Ebola preparation is costly for hospitals

As hospitals scramble to properly prepare for any further outbreaks of the Ebola virus in the United States, they are bumping up against the inevitable barrier: cost. Hospitals are finding that merely preparing for the narrow possibility of treating an Ebola patient can cost them hundreds of thousands of dollars.

The costs can come on quickly, even if a hospital may be treating a patient who is only suspected of having Ebola. That was case at the University of Kansas Medical Center. Its costs included $100,000 for personal protective equipment, $8,000 to $10,000 for heavy plastic sheeting, payments for specialized medical waste removal, and overtime for the nursing staff and other hospital employees.

"There were major categories of costs and expenses above and beyond what we'd necessarily have for any other patient," Chris Ruder, vice president of patient care services at the hospital, told the Kansas City Star. "For example, everything the physicians and nurses wore when they went into the patient's room was completely disposable. And we had six nurses at any one time taking care of that one patient--a twelvefold increase in nursing care instead of the usual one nurse taking care of two patients in the ICU--plus physicians and a dedicated infectious disease team. The ratio of human resource to one patient was exorbitantly higher."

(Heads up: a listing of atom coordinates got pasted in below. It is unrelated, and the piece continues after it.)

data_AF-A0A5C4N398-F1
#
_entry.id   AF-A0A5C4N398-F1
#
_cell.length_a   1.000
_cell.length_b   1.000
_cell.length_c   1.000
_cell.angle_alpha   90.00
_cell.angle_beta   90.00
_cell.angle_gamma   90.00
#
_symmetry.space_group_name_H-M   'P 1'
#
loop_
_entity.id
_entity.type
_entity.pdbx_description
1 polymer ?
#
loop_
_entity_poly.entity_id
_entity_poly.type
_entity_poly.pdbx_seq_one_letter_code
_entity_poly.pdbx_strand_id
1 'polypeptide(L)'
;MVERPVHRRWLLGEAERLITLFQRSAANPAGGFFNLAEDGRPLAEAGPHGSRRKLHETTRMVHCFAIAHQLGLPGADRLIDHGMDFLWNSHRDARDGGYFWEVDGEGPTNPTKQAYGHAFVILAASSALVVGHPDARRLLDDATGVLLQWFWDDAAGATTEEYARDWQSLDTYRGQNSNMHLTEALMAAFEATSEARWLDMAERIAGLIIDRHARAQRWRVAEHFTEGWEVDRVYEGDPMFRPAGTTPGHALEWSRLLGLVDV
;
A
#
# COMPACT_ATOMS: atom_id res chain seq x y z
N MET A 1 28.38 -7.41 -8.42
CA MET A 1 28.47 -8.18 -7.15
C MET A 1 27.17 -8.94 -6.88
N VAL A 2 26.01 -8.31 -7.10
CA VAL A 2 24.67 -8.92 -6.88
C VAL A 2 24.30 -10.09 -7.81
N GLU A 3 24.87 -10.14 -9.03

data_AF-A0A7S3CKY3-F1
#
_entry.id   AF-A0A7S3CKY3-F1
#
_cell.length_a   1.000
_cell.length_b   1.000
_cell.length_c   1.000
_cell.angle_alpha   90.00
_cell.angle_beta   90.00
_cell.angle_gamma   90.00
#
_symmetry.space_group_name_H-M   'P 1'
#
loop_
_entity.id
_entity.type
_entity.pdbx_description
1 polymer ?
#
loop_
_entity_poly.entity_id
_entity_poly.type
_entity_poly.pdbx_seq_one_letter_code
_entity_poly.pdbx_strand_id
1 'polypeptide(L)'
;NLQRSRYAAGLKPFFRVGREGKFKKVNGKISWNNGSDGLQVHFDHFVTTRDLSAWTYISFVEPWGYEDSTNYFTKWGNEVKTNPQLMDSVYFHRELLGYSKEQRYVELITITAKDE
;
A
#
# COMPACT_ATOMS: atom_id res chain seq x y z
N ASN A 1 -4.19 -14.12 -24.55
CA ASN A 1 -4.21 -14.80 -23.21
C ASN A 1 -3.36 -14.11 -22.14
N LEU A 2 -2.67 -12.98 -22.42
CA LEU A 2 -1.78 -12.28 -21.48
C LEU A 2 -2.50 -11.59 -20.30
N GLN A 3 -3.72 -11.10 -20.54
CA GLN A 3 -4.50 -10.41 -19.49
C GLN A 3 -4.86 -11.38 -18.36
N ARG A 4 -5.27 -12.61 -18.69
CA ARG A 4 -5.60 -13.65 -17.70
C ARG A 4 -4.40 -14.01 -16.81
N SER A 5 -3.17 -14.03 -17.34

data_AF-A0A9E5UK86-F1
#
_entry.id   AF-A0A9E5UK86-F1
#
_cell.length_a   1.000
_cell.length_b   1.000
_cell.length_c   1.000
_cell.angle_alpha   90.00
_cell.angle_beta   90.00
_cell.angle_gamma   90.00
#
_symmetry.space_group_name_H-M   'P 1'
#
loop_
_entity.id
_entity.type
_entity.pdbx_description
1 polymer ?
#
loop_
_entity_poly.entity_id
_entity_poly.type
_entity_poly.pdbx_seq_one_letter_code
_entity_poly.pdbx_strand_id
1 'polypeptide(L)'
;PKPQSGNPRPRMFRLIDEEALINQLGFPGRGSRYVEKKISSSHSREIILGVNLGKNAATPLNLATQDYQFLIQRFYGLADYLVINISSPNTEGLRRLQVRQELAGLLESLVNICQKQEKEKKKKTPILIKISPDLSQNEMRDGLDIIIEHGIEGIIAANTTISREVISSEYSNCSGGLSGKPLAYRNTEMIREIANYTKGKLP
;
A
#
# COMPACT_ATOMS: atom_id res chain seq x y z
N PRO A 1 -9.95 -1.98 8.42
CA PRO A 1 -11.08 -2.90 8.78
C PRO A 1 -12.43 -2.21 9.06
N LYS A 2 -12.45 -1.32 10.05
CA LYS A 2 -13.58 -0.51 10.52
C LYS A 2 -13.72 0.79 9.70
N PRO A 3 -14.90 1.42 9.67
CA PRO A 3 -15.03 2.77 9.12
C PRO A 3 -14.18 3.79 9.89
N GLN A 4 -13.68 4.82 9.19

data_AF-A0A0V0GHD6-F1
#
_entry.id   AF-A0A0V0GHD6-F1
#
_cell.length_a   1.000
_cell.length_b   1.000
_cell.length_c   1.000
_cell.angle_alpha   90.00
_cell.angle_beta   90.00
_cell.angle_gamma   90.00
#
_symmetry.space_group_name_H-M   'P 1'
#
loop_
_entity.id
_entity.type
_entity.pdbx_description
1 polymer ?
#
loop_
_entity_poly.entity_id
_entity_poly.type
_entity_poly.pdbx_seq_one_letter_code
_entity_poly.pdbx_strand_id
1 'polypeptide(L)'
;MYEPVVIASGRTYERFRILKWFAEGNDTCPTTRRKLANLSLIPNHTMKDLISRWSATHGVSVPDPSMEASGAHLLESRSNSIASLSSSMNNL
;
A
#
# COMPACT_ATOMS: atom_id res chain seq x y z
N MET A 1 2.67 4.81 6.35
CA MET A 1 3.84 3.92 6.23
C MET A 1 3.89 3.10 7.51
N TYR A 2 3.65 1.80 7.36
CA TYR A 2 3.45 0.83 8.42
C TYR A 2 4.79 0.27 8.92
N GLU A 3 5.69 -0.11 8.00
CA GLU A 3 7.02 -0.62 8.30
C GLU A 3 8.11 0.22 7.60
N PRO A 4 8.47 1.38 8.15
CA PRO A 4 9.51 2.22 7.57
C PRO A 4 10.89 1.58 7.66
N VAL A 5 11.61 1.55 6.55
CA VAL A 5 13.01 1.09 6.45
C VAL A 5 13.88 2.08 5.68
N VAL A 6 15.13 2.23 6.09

At hospitals in the Lower Hudson Valley region in New York, the cost of preparing for a potential Ebola patient could be $500,000 or more, the Poughkeepsie Journal reported. Nyack Hospital put the price tag of preparation at between $250,000 and $500,000. The cost at Westchester Medical Center is up to $700,000 for the creation of a containment area to safely treat an Ebola patient.

Those hospitals are likely moving to a higher state of alert after reports of a Manhattan emergency room physician who was diagnosed with Ebola after treating infected patients in western Africa. At the same time, hospitals that do not properly prepare for Ebola cases are at risk for taking a financial hit if they must treat a patient and it is not handled well.

To learn more:
- read the Kansas City Star article
- check out the Poughkeepsie Journal article

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